Janice Lyu is the hepatitis B program associate at the Charles B. Wang Community Health Center. She has a M.S. in Biomedical Sciences from Tufts University School of Medicine. She cares about public health and healthcare issues.


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Smoking Cessation Medications

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Written by Michelle Chen

At the Health Center, we see many patients who believe willpower is the key to quitting smoking. However, it often takes more than motivation to quit successfully. When you smoke, your body becomes addicted to nicotine, a substance found in cigarettes and other tobacco products. Nicotine can make you feel good, but leaves you wanting more. You may feel irritable, anxious, or depressed when you do not smoke for a period of time. These withdrawal symptoms make quitting hard.

Fortunately, there are safe and effective medications to help you manage withdrawal symptoms. Nicotine replacement therapy (NRT) is one of them. It gives you a small dose of nicotine without 7,000 of the toxic chemicals that the typical cigarette has. NRT is available as patches, gum, lozenges, an inhaler, and nasal spray. There are also pills (Zyban® and Chantix®) that you can take to fight discomfort and help you quit.

Nicotine Replacement Therapy (NRT)

Method Availability Description
Nicotine Patches Over-the-Counter The nicotine patch is placed on the skin and gives users a small and steady amount of nicotine.
Nicotine Gum Over-the-Counter Nicotine gum is chewed to release nicotine. The user chews the gum until it produces a tingling feeling, and then places it between their gums and cheek.
Nicotine Lozenges Over-the-Counter Nicotine lozenges look like hard candy and are placed in the mouth. The nicotine lozenge releases nicotine as it slowly dissolves in the mouth.
Nicotine Inhaler Prescription A nicotine inhaler is a cartridge attached to a mouthpiece. Inhaling through the mouthpiece gives the user a specific amount of nicotine.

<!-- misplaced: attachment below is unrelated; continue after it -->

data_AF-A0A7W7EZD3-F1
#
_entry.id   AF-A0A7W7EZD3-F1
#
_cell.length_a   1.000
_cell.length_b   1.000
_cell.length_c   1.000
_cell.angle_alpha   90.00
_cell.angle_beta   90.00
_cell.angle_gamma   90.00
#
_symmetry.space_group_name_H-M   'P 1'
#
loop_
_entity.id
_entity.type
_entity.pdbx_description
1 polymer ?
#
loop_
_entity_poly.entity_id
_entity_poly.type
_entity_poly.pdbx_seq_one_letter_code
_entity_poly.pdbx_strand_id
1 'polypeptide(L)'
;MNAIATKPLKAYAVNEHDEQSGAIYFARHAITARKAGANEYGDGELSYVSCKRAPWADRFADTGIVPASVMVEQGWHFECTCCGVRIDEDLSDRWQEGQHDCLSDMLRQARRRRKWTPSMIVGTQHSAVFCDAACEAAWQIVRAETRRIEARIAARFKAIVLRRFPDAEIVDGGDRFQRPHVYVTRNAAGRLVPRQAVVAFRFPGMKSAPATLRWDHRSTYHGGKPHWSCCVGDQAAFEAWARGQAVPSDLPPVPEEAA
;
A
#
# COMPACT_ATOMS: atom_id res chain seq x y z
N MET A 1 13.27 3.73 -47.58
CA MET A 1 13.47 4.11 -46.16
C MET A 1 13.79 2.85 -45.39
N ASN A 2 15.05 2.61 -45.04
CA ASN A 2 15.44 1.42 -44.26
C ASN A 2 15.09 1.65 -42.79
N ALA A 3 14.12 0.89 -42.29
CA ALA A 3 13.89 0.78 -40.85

Nicotine Nasal Spray Prescription Nicotine nasal spray is a pump bottle containing nicotine, which is put into the nose and sprayed.

Other Medications

Method Availability Description
Bupropion (Zyban®) Prescription Bupropion helps reduce nicotine withdrawal and the urge to smoke. Bupropion can be used safely in combination with NRT.
Varenicline (Chantix®) Prescription Varenicline helps to reduce nicotine withdrawal and the urge to smoke. It also blocks the effects of nicotine from cigarettes.

Speak to your doctor to learn if smoking cessation medication is right for you. Some smokers may need to use smoking cessation medication for 3 to 6 months before their withdrawal symptoms end. Most insurance companies will cover the cost of prescription drugs.

We know quitting can be hard, but your health improves the moment you stop. Just one day without smoking can lower your blood pressure and your risk for heart attack. Your loved ones will be thankful for it, too. Are you ready to take the next steps, but don’t know where to begin? Check out our posts for reasons to quit and more ways to handle cravings, and learn about secondhand smoke.

At the Health Center, we can help patients quit or cut back on smoking.

You can also get free patches and help from:

This article is made possible with funding from the RCHN Community Health Foundation. Medication information is from CDC.

Michelle Chen is a Health Educator at the Charles B. Wang Community Health Center. She has a B.A. in Women’s, Gender & Sexuality Studies from Barnard College. She is interested in the intersection of public health and Asian American activism.